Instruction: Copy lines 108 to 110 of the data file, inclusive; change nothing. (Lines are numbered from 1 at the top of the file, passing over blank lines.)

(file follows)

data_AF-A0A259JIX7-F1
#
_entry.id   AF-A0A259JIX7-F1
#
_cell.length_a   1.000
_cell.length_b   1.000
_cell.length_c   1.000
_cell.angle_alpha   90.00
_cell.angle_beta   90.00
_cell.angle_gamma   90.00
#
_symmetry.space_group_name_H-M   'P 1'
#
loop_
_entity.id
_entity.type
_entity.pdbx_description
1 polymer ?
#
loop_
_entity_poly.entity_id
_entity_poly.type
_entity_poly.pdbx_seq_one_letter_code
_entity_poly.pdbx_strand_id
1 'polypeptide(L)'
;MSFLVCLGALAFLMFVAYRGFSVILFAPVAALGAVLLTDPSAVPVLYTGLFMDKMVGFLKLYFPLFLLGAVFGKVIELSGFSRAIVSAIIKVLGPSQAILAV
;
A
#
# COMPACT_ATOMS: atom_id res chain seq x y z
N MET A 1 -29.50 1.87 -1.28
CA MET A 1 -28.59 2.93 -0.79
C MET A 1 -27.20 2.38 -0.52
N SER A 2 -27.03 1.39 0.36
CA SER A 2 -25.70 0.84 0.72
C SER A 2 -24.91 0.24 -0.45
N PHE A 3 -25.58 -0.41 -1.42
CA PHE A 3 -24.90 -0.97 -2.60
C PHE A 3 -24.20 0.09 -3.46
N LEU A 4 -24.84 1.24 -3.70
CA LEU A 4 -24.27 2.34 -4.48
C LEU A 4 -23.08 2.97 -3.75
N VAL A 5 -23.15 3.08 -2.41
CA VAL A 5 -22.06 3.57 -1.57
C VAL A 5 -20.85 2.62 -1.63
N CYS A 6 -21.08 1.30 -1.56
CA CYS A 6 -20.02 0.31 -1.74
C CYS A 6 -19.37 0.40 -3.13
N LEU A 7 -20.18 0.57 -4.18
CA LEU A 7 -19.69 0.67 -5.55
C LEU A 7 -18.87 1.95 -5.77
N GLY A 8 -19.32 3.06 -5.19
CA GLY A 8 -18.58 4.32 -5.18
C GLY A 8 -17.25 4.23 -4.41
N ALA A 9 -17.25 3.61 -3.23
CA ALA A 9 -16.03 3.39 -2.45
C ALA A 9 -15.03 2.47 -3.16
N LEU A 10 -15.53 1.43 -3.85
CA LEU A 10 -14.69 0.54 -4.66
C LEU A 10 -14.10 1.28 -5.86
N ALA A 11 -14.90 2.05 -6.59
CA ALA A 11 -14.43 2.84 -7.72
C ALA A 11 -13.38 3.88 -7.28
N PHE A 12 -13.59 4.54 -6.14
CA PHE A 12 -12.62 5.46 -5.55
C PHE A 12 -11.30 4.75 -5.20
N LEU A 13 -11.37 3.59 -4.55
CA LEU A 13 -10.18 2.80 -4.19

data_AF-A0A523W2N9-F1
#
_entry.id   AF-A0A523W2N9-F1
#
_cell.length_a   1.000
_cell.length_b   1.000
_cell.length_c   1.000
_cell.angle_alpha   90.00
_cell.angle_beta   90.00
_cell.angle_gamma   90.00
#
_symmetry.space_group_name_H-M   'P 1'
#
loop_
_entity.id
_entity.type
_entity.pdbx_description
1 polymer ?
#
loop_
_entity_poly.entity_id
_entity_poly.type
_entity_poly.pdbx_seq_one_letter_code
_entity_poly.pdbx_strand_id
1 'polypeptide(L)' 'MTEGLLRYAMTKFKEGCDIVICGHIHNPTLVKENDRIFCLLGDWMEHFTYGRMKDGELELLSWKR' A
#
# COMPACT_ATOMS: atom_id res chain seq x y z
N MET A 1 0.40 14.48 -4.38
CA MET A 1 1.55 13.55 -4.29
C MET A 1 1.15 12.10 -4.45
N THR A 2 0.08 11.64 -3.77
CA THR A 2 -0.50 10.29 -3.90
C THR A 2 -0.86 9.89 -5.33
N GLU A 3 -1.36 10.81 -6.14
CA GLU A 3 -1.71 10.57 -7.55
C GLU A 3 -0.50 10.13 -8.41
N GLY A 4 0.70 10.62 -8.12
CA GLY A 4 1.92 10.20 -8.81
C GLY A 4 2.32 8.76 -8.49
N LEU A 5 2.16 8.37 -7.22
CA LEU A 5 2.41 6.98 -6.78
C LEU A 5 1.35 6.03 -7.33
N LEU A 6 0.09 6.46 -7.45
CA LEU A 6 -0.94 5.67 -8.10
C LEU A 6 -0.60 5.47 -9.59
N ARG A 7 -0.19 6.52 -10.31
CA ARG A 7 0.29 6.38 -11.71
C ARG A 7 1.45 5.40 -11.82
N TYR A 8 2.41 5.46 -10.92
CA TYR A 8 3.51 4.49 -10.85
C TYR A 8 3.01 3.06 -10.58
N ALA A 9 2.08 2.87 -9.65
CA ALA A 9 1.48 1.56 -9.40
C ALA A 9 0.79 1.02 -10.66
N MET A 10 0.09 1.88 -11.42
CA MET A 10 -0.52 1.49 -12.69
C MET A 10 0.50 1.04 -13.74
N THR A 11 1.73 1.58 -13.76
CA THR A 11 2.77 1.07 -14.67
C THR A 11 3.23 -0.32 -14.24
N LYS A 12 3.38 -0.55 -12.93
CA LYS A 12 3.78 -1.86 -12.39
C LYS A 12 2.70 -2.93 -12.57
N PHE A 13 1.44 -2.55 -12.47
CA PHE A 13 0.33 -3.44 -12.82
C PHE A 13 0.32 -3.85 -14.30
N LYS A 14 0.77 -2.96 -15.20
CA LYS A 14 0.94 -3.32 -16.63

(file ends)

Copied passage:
N LEU A 5 2.16 8.37 -7.22
CA LEU A 5 2.41 6.98 -6.78
C LEU A 5 1.35 6.03 -7.33